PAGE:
How Body Language Can Help You Hire the Best Candidates

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job interview

How do you feel about a first date wherein your date keeps on glancing on his/her watch? How about a date who slouches on the seat when you talk? These are non-verbal cues that your date is uninterested. It can put you off in your mood. It also ruins the night for both of you. No matter how you deny these non-verbal cues, it makes you realize that the date is a mistake. It’s the same way with job interviews. Employers tend to pick a successful candidate based on non-verbal things such as body posture, arm gestures, and eye contact.

And yet, not many are aware that these non-verbal cues can spell the difference between hiring a top talent and scraping the bottom of the barrel. People are naturally inclined to pick up on one’s body language even if they don’t know it yet. However, it is important to remember that non-verbal cues can also be misleading. People behave themselves differently according to stressful situations. Job interviews, as it happens, are some of the most stressful situations in one’s life.

The reason most hiring managers either have a background in psychology or have social psychologists with them in the room is because of body language. Companies know too well that picking up on these non-verbal cues can be challenging, but that it’s also important for hiring the best workforce. A well-trained recruitment manager knows how to interpret these body languages correctly and use them for the benefit of the company.

Body Posture

Is the candidate slouching on the seat? For many hiring managers, this signals that the candidate is uninterested in the job interview. But some people have terrible posture because of their bone structure. This might not mean that they are uninterested in the job interview. However, body posture is still a telling sign so better watch out if a candidate is slouching or sitting up.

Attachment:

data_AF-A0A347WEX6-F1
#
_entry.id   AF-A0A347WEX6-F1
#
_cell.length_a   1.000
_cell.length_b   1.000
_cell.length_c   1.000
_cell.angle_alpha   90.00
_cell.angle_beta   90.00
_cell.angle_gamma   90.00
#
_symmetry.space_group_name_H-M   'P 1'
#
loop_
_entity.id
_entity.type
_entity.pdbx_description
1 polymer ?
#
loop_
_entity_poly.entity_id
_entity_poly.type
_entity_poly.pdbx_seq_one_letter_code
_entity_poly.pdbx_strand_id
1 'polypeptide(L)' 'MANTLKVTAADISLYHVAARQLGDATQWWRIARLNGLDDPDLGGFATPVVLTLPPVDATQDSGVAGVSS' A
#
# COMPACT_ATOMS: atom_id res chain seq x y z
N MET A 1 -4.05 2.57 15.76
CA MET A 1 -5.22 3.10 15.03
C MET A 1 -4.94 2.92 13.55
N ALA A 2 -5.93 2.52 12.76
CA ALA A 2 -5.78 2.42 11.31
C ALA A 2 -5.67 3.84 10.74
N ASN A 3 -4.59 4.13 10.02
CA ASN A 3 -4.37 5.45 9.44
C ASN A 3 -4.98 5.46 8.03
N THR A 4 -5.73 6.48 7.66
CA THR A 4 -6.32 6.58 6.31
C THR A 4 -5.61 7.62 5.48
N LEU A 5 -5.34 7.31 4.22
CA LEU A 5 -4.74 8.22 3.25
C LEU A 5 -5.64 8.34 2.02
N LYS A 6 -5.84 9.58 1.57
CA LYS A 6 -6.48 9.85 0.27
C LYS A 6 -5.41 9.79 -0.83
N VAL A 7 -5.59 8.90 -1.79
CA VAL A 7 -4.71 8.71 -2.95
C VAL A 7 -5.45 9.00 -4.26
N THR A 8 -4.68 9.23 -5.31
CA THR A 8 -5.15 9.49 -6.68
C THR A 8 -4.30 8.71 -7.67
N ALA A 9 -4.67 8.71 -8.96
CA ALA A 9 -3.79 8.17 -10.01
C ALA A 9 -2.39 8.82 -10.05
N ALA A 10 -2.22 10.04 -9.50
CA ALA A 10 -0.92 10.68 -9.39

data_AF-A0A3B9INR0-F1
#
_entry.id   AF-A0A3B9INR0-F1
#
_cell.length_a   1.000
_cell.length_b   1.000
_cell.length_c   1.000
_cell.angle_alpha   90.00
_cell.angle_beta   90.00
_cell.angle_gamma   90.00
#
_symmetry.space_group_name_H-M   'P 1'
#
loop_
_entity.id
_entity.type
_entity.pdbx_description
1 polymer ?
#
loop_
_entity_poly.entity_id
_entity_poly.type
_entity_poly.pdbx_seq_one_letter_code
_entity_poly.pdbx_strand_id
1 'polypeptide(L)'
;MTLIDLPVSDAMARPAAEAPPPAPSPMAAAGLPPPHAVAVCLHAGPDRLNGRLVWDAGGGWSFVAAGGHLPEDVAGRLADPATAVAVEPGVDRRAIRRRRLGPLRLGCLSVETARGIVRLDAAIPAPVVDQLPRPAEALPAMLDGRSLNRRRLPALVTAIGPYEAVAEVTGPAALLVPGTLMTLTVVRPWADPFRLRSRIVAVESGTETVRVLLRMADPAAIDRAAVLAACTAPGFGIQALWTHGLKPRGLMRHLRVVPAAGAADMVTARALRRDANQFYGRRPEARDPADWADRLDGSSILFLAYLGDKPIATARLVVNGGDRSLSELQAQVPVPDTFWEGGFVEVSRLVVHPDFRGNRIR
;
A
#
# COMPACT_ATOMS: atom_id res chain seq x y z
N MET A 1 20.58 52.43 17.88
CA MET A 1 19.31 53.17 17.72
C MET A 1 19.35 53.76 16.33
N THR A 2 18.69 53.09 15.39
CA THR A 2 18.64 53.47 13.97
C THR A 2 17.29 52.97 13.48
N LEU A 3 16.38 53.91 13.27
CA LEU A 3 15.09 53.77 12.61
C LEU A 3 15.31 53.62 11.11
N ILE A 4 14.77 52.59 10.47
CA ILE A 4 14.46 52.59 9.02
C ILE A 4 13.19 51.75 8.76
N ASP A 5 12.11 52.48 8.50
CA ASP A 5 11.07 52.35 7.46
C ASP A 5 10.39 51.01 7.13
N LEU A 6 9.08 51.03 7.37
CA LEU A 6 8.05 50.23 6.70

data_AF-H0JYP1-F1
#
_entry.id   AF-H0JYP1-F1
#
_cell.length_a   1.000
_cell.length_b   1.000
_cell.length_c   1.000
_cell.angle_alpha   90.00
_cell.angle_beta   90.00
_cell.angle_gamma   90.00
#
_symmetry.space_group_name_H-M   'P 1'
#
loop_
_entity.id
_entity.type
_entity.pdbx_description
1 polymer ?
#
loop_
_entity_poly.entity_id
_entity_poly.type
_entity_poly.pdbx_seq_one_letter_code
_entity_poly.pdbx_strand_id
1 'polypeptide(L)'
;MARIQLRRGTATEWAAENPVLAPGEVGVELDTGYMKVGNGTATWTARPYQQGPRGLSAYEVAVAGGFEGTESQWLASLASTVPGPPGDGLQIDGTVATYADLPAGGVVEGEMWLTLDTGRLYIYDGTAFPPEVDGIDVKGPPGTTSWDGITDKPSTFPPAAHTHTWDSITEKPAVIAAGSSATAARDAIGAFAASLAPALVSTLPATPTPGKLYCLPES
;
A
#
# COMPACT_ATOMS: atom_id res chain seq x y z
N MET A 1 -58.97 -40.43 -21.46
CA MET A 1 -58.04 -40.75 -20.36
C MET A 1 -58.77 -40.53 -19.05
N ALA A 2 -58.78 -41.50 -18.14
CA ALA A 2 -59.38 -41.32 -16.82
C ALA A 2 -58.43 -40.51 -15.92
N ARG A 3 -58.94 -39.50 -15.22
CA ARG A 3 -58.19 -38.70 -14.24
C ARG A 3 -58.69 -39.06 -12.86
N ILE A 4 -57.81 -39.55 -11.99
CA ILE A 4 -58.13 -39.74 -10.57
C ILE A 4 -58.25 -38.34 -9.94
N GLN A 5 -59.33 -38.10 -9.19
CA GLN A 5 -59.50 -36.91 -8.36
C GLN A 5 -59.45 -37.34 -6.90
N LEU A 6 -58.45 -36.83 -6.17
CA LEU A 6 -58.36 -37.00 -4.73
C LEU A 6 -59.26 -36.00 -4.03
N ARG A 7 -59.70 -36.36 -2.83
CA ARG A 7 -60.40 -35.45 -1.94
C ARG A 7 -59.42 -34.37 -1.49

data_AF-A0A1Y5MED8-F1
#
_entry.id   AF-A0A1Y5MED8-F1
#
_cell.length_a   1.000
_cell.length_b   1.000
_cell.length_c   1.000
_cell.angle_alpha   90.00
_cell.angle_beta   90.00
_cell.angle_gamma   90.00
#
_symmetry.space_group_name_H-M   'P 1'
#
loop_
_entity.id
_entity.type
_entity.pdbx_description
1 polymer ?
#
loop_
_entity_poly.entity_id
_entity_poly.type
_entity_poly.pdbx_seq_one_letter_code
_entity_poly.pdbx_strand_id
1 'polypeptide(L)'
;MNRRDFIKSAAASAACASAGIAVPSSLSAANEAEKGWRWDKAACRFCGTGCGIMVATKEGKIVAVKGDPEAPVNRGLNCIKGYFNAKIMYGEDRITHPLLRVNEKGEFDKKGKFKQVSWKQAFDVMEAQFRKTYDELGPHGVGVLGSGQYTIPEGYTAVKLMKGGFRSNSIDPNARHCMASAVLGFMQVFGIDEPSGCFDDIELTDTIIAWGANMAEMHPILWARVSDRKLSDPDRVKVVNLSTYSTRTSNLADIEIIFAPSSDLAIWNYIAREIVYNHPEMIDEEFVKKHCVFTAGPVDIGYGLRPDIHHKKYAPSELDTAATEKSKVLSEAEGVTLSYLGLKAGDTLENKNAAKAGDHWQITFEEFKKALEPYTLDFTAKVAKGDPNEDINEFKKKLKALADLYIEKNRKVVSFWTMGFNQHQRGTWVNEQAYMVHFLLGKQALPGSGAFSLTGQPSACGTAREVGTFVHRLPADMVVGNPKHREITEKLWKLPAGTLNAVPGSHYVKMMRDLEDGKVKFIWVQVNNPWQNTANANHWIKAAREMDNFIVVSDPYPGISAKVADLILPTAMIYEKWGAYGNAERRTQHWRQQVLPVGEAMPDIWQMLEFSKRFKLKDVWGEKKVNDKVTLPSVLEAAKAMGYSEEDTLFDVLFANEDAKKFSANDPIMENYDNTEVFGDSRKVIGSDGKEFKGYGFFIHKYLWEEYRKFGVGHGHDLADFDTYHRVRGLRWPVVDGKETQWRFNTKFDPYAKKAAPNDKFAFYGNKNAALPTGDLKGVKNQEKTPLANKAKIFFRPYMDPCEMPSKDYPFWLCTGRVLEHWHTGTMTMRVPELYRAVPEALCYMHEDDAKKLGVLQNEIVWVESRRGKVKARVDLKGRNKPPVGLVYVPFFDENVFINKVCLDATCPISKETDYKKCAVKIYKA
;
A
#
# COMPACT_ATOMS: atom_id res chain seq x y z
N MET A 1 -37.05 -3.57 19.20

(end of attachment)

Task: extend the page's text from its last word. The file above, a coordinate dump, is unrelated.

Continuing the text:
An interviewer should want someone who leans forward as that is a sign of interest. It means the candidate is listening intently to what you are saying. On the other hand, if the candidate suddenly leans back, then that shows defensiveness. Take notice of the shoulder movements, too. Stiff shoulders may mean they are lying.

Arm Movements

Men shaking handsYou can learn a lot from arm movements, too. People use arm gestures to emphasize a point. However, they shouldn’t use them too much that they became uncomfortable to see. Finger-pointing is a no-no in any interview, as well as the chopping movements of the arms. It can be seen as authoritative and might mean that it will be hard to work with that person.

Some people touch their faces or hair when they are uncomfortable. Those who rub their necks might also be trying to comfort themselves, so that means something about the interview made them uncomfortable. Maybe you asked them something that they don’t want to answer or don’t know the answer to. The crossing of the arms can mean many things, but body language experts are adamant that it means the interviewees are insecure and defensive.

Nervous Tics

It is normal for people to feel nervous because of the interview. Don’t take that against them. Nervous movements such as playing with their pen during an interview are normal for anyone nervous about facing a job interview. It doesn’t mean they are neurotic, or they have a mental problem.

However, that is not an excuse when you are hiring staff who need to face customers. Salespeople and promoters need to be confident that they won’t fidget around when they need to face a group of people they are trying to sell to. They need to relax when interacting with their target market because these are the roles they will play.

Eye Contact

You should want candidates who can look you straight in the eyes. This is a sign of honesty and confidence. It means the candidate is telling you the truth. When the interviewees keep on averting their eyes, take this as a red flag. Employees need to make eye contact with their clients.

However, this is not the only sign that a candidate is to be trusted. Many shy people can’t look at another person straight in the eyes. This does not mean that person is deceptive or lying. It can also be that they are trying to remember something. And contrary to popular belief, people who lie make eye contact.

Remember that body language is actually a two-way street. How you act will also affect the people you are talking with. Body language is important in trying to read an interviewee but it’s not the be-all and end-all of how you should judge whether to hire a person or not.

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